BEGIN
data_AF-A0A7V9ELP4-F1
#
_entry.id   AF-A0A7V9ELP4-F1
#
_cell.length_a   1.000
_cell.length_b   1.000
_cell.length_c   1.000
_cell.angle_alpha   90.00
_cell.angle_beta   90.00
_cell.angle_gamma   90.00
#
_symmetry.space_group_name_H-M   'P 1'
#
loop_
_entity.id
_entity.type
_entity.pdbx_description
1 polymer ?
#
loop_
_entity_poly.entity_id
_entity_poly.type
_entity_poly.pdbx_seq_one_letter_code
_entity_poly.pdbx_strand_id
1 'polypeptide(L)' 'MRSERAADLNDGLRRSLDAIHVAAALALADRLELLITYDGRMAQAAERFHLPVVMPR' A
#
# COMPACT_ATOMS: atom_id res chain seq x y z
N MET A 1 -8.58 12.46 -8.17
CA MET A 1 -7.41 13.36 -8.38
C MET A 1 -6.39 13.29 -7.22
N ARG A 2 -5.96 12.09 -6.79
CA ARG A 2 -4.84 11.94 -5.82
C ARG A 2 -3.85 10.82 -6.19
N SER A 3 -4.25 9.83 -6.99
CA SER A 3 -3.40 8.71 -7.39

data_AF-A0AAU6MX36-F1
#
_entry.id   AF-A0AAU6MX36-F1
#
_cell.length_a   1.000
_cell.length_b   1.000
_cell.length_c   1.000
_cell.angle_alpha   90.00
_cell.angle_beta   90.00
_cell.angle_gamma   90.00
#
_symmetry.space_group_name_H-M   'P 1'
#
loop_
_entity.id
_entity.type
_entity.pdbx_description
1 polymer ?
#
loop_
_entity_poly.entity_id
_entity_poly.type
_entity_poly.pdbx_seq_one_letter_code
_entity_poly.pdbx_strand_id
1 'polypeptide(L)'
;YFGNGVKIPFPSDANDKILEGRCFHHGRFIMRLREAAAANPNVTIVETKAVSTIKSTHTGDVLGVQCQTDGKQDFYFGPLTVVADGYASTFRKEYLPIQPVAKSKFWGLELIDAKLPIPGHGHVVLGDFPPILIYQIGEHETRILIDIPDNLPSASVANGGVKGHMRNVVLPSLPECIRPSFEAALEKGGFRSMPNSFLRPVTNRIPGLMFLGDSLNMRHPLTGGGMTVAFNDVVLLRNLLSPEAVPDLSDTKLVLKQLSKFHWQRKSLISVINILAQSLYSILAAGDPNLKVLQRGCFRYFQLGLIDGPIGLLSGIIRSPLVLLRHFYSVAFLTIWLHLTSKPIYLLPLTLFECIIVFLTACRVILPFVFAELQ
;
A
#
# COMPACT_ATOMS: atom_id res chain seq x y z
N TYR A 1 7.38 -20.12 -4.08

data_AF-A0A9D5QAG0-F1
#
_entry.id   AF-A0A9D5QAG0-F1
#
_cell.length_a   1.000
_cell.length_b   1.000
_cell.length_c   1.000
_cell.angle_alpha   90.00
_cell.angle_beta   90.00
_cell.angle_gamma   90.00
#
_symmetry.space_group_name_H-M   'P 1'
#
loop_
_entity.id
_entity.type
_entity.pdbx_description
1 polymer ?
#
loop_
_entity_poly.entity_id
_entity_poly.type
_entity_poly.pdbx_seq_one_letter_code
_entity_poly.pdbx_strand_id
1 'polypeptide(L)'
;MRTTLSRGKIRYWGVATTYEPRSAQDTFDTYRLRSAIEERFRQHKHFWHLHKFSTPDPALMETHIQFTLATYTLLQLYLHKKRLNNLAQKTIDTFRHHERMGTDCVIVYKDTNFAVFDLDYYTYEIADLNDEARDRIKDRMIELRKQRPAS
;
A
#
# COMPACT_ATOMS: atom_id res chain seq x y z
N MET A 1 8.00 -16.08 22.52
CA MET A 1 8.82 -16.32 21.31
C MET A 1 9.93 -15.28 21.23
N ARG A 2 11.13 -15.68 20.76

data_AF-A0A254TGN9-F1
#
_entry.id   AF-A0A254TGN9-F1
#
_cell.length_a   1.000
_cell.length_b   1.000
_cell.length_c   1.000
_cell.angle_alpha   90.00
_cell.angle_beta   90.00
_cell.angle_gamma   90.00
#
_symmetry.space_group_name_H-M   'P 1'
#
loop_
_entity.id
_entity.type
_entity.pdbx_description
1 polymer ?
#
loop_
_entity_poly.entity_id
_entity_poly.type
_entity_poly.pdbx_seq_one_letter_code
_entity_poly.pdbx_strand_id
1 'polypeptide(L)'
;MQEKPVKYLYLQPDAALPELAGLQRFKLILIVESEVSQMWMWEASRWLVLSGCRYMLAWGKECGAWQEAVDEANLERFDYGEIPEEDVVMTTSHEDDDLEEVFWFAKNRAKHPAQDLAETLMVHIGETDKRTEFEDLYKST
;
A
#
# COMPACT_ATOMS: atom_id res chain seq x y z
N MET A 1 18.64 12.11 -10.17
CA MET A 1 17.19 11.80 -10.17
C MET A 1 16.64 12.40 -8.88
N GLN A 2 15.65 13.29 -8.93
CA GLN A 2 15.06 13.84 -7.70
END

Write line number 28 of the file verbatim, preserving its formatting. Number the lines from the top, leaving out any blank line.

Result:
N MET A 1 -8.58 12.46 -8.17